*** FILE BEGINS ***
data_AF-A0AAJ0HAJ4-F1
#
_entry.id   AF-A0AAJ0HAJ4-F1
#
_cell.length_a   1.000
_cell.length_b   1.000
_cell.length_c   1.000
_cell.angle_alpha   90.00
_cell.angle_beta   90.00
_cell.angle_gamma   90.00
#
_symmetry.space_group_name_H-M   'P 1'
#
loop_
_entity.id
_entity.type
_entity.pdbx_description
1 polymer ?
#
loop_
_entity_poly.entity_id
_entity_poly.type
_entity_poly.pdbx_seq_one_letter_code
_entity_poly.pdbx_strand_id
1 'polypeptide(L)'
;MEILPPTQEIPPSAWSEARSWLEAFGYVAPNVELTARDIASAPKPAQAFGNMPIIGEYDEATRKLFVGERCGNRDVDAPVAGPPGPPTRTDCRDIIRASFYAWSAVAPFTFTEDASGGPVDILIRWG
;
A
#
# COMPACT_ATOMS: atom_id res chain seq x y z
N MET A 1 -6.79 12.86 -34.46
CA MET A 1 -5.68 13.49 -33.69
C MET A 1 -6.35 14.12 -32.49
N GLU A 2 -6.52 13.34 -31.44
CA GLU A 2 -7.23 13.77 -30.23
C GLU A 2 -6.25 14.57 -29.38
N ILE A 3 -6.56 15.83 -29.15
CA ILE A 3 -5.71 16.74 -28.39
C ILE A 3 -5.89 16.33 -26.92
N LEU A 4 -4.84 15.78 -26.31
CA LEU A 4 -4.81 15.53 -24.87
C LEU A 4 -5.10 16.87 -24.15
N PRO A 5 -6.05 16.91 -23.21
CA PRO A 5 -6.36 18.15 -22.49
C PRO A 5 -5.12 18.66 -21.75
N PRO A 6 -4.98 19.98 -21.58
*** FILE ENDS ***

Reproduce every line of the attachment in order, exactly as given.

data_AF-A0AAJ0HAJ4-F1
#
_entry.id   AF-A0AAJ0HAJ4-F1
#
_cell.length_a   1.000
_cell.length_b   1.000
_cell.length_c   1.000
_cell.angle_alpha   90.00
_cell.angle_beta   90.00
_cell.angle_gamma   90.00
#
_symmetry.space_group_name_H-M   'P 1'
#
loop_
_entity.id
_entity.type
_entity.pdbx_description
1 polymer ?
#
loop_
_entity_poly.entity_id
_entity_poly.type
_entity_poly.pdbx_seq_one_letter_code
_entity_poly.pdbx_strand_id
1 'polypeptide(L)'
;MEILPPTQEIPPSAWSEARSWLEAFGYVAPNVELTARDIASAPKPAQAFGNMPIIGEYDEATRKLFVGERCGNRDVDAPVAGPPGPPTRTDCRDIIRASFYAWSAVAPFTFTEDASGGPVDILIRWG
;
A
#
# COMPACT_ATOMS: atom_id res chain seq x y z
N MET A 1 -6.79 12.86 -34.46
CA MET A 1 -5.68 13.49 -33.69
C MET A 1 -6.35 14.12 -32.49
N GLU A 2 -6.52 13.34 -31.44
CA GLU A 2 -7.23 13.77 -30.23
C GLU A 2 -6.25 14.57 -29.38
N ILE A 3 -6.56 15.83 -29.15
CA ILE A 3 -5.71 16.74 -28.39
C ILE A 3 -5.89 16.33 -26.92
N LEU A 4 -4.84 15.78 -26.31
CA LEU A 4 -4.81 15.53 -24.87
C LEU A 4 -5.10 16.87 -24.15
N PRO A 5 -6.05 16.91 -23.21
CA PRO A 5 -6.36 18.15 -22.49
C PRO A 5 -5.12 18.66 -21.75
N PRO A 6 -4.98 19.98 -21.58